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  letter from paris
by Adrian Darmon  
 

Logo of the Paris Biennale



Oak cabinetry,
French,
ca. 1710-15
at Steinitz




Aquamanile (water jug)
in the form of a lion,
German
ca. 1170
at Guy Ladriere




Canaletto
The Doge's Palace and Mole
viewed from Saint Mark's lagoon
at Colnaghi




Balthus
1997
Photo Theo Tobit
Deja-vu at Paris Biennale
The 19th Paris Antique Dealers Biennial Fair, widely considered to be the most beautiful gathering of works of art in the world, opened on Sept. 18, 1998 (to Oct. 4), with an air of déjà vu.

There are indeed some marvelous items, notably 18th-century works of art and furniture, some old masters and modern paintings, a few stunning medieval pieces and manuscripts, and some Roman and Greek objects that should wet the appetite of amateurs. But overall the Biennale this year was not of the best vintage.

Many exhibitiors -- like Bernard Steinitz, once called the "prince of antique dealers" -- made what seemed to be a only a formal appearance. Steinitz's booth was one of the smallest, though it was exquisitely decorated in the style of a 12th-century cabinet-room with marbled and lacquered walls.

Once rich with Medieval and Renaissance pieces, recently the Biennale has seemed to be on a diet in this category. The exception is some gorgeous Books of Hours exhibited by Les Enluminures from the Louvre des Antiquaires (they also have a branch in Chicago) and a set of 13th-century bronze aquamaniles at Guy Ladriere.

Confined in the narrow compound of the Carrousel du Louvre, the Biennial seems overloaded with works of art which in the end appear to lose their aura. As a result, visitors have to turn round and round to train their eyes in order to spot treasures such as a Virgin and Child by Siennese painter Sano di Pietro at Giovanni Sarti and a rare 2nd-century cameo from the Royal Saint-Denis Abbey at Ladriere.

A marvelous Louis XV table is a standout at Maurice Segoura and four 18th-century gilt-wood armchairs that belonged to Prince Marcantonio Borghese is on view at Ariane Dandois. At Colnaghi is a Canaletto painting that has so far been little seen, and elsewhere there are a score of good but not exceptional Old Master works.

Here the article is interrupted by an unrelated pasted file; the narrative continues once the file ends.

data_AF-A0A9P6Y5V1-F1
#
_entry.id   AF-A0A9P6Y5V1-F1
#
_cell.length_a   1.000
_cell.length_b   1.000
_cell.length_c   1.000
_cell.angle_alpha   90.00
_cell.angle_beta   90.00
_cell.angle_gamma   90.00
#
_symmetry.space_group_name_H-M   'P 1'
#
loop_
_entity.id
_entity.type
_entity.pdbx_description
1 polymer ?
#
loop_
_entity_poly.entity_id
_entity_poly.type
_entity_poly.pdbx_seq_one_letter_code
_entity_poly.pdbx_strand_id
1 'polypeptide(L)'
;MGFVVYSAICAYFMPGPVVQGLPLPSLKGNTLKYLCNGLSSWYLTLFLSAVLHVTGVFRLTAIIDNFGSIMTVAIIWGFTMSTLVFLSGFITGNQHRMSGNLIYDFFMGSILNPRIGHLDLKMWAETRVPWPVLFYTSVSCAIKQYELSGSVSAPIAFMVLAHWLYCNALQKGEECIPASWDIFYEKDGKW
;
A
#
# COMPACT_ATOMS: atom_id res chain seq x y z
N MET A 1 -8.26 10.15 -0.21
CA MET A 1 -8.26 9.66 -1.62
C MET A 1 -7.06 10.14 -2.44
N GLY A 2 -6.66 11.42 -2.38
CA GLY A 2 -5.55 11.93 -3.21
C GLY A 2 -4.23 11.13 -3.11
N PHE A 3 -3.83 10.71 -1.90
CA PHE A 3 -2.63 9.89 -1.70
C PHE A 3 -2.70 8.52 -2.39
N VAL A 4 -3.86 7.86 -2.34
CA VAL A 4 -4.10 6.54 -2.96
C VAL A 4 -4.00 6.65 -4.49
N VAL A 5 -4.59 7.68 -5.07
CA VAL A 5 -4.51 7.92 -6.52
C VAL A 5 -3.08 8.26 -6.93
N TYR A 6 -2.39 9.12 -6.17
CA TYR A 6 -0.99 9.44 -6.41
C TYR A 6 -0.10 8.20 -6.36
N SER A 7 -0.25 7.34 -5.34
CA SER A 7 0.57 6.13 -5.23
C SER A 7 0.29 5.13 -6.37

A stunning painting by Balthus showing a young naked girl sleeping by a guitar at Galerie Hopkins-Thomas is the talk of the fair for those interested in modern art. A rare Nabi work by Pierre Bonnard, a portrait of his sister, is at Galerie Cazeau-La Béraudière.

Visitors might have felt somewhat uneased seeing modern and avant-garde works of art being exhibited in the favorite haunt of antique dealers. This is probably the most disputed issue regarding the Biennale since some of the modern and contemporary pieces shown here had nothing to do with antiques. Still, it's not so bad if visitors stick to the word "Biennale" and forget the rest ("des Antiquaires").

Finally, with its 120 exhibitors, the Biennial might seem disappointing for those who visited the Maastricht Fair last spring. The Dutch had more to offer in terms of quality and rarity, perhaps because they make business their speciality. The French tend to show off, and then lament too much once they have sold a great piece, as if they had lost something irreplaceable!

Balthus in Poland
Count Jean Balthazar Balthus Klossowski de Rola, known as Balthus, is exhibiting his paintings in Poland, the home country of his parents, for the first time in his career. Balthus, now 90, agreed to participate in the 33rd Wratislava Cantans Festival, which began, Sept. 17, 1998, in Wroclaw, the town where his parents Erich and Balladine first met.

Most of the paintings come from the artist's own residence in Switzerland. Balthus is attending the exhibition accompanied by his family and his Chinese doctor.


Francisco Goya
La Maja Desnuda
1796-98




Regis Boyer
as Toulouse-Lautrec
Two Goya Paintings for St. Petersburg
Two of Francisco Goya's masterpieces, the Maja Desnuda and the Maja Vestida, will be loaned by the Prado Museum to the Hermitage museum in St. Petersburg for 70 days beginning this coming November. This unprecedented new loan follows the 1991 exhibition of paintings by Leonardo da Vinci and Caravaggio from the Hermitage in Madrid. The Russian museum only owns one painting by Goya.

Toulouse-Lautrec on Film
A new movie on the life of French master Henri de Toulouse-Lautrec, directed by Roger Planchon, is out in French theaters. Starring Régis Boyer as the artist, Elza Zylberstein as his girlfriend Suzanne Valadon (the mother of Utrillo) and Anémone and Claude Rich as the artist's parents, the picture is pretty true to life.